But, he also hears their cries of pain from their past, though they don’t know he speaks their language. He hears his name spoken by them and the troubled ness of their souls as they link the trouble they are in to his death.
But, Joseph can’t bear to hear more and so He leaves their presence for a moment and weeps. Why? Maybe he struggles between letting go of the past and forgiving or hanging onto the past and pay his brothers back for what they did to him.
Well he lets all of them, except Simeon go free with grain. And in their presence, ties Simeon up. Maybe it was the way he was tied up years before as they stood and watched.
But, then he does something interesting. He secretly has their money placed back in their sacks of grain, at the top of the sack, where they discover it on the journey home and which creates further fear in them and their father Jacob.
More time passes. Simeon sits in Egypt where Joseph might have seen him every day. I wonder how hard it was for Joseph to sit there day after day, week after week, month after month, year after year, perhaps, and see his brother in the same situation that he had been in. I wonder if there were moments of wanting to release him and kill him.
As we move into chapter 43, the famine grows worse and finally Jacob relents and allows them to take Benjamin with them back to Egypt in the hopes of more grain and getting back Simeon and Benjamin.
They return to Joseph who meets his younger brother for the first time. Once again, he removes himself from their presence as we ready in Genesis 43:30 as is “overcome with emotion for his brother and wanted to cry.” Why?
Maybe it was perhaps the joy of seeing him for the first time. Maybe Joseph was growing tired of keeping his identity a secret. Maybe he was wearying of wanting revenge and instead was thinking about his father and maybe even was beginning to think that God brought this whole situation about for their good, for their survival as he would say in a few chapters.
Well he releases them to go back but has his silver cup placed in Benjamin’s grain sack and has them stopped and searched. Well, for the brothers it was another bad situation. This time their second youngest brother was in dire straights.
What was going to happen to them? What was the Egyptian now going to do to them?
Joseph, as we read in verse 17, makes Benjamin his slave. But, then Judah steps forward and makes a statement that I think forces Joseph to make a decision about what is going to do with his past. I am going to read both Judah’s statement starting with verse 11 of chapter 44 and concluding with Joseph’s response up to verse 8 of chapter 45:
(READ THE PASSAGE)
Two sentences stand out in that segment. “Joseph could stand it no longer.”
I think he couldn’t stand it in two ways: 1. He couldn’t stand the emotional strain of keeping his identity hidden. 2. He couldn’t stand to keep holding on to his past.
The second phrase is “God has sent me here to keep you and your families alive so that you will become a great nation.” These brothers share the same father but not the same mother. Joseph understands that their lineage is part of a great nation. That is confirmed in Matthew 1:2 where we read Jesus family tree and see Jacob, his father’s name and Judah, his brother name listed in that verse.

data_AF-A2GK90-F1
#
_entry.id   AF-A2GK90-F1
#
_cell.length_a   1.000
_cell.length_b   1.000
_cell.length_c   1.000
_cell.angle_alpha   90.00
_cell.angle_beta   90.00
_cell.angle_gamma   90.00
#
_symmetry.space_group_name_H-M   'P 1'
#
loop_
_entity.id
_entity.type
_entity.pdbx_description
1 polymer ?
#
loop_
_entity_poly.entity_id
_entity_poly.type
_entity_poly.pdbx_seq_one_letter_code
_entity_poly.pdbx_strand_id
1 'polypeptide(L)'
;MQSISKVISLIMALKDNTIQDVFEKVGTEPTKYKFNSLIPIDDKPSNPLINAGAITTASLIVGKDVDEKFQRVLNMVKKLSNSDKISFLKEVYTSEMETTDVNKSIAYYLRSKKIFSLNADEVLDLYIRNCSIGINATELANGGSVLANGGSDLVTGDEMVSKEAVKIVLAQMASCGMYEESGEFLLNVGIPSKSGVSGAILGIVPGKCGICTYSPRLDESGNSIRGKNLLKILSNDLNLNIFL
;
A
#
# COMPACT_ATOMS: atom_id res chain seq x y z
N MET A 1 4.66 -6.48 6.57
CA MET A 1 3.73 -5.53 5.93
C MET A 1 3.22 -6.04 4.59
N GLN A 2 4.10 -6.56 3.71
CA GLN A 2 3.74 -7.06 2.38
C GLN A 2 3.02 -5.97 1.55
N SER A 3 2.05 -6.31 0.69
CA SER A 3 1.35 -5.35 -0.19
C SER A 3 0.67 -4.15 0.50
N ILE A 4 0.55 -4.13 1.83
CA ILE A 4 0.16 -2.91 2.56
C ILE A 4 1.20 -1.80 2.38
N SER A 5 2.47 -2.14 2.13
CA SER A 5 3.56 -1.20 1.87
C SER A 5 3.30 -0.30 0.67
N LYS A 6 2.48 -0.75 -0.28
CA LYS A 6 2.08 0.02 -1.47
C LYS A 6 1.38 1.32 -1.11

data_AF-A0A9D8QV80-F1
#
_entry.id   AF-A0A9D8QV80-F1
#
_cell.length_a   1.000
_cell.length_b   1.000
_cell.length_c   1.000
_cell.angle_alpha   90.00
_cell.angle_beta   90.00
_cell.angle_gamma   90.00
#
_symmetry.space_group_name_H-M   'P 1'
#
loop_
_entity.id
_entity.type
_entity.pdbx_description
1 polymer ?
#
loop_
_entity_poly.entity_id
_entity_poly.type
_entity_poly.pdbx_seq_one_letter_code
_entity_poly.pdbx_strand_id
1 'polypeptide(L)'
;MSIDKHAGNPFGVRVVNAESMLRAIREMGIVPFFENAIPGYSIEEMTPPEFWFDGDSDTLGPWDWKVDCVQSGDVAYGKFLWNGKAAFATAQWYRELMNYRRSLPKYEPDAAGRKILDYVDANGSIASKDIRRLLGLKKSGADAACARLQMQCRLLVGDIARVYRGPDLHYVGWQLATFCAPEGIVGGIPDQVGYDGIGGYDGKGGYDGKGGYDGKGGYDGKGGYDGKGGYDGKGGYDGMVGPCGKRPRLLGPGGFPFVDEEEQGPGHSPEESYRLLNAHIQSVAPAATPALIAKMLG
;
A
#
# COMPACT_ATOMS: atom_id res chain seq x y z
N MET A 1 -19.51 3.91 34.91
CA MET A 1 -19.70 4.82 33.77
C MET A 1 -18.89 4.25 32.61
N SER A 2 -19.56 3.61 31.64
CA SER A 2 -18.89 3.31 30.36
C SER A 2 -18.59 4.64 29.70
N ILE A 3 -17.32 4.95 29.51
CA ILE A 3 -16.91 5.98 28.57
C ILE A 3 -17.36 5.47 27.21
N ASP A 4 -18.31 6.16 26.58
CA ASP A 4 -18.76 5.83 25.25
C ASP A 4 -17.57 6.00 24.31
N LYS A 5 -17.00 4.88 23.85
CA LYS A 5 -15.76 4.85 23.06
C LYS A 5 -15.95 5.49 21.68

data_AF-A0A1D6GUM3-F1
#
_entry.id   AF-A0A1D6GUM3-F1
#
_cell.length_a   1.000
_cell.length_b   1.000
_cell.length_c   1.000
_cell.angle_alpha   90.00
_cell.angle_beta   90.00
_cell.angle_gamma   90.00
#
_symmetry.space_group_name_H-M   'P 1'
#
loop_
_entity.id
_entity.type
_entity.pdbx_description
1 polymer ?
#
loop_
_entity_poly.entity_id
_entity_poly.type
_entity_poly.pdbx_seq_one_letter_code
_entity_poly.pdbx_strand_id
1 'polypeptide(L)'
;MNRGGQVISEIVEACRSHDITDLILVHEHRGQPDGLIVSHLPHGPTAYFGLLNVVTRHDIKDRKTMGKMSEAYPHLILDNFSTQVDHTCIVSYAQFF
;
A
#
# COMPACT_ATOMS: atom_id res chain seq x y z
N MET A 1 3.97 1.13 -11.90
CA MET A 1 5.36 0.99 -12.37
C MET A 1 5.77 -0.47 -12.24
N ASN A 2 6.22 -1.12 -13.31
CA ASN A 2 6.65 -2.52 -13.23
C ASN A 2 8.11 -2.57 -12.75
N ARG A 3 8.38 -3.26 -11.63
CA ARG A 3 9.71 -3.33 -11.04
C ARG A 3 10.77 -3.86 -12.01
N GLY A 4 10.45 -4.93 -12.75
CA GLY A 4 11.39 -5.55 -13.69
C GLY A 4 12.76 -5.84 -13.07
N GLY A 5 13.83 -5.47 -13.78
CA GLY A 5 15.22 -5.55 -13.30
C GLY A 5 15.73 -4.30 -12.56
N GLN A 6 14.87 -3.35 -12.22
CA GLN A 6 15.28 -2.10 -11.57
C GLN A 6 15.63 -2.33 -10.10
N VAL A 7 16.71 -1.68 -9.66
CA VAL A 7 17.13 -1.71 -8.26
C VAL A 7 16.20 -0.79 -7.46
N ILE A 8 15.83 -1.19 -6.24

But that’s quite a statement to make about your painful past isn’t it? How many people do you know could say that about their painful past? “God sent me here to keep you alive!”
I think that Joseph made the decision to let go of his painful past the moment he revealed his identity to his brothers. And the brothers began to let go of their painful past the moment that both the acknowledged the truth about Joseph in chapter 42 and when Judah made his statement in chapter 44.
What about you this morning? Are you willing to let go of your painful past? Are you tired of looking over your shoulder and seeing the shadows of shame and guilt, of sorrow and despair, of anger and resentment right behind you?
That song that Susan sang earlier was a song that came to my mind in the days just after the building, which housed my former congregation, burned on December 6, 1999. It helped me to mourn and grieve the loss of a place that had seen Jonathon and Daniel dedicated to God, numerous youth activities, discussions, and events my ordination service, and many other memories take place.
That song is a song of hope. It is a song that says that the past does not have to keep us from getting back up and moving forwarding into the future that God has for us. It is a song that says to us, God brings good out of the terrible, peace out of the trouble, hope out of the hopelessness.
I would again remind you this day, God has a future for you. But, for you to start embracing that future, you have to let go of your painful past and allow God to bring healing out of the ashes of sin and disobedience, out of the dust of disappointment, out of the fog of failure.
As we conclude this morning, we are going to listen to Crystal Lewis’ wonderful rendition of Beauty From Ashes.
If you are tired of carrying the burden, the pain, the loneliness of your past, I invite you to let it go, give it to God, and let Him heal you, forgive you, restore you so that you can begin to possess the future that he already has for you. I will not say that it will be easy or an overnight event, but I do believe that you will never regret doing it.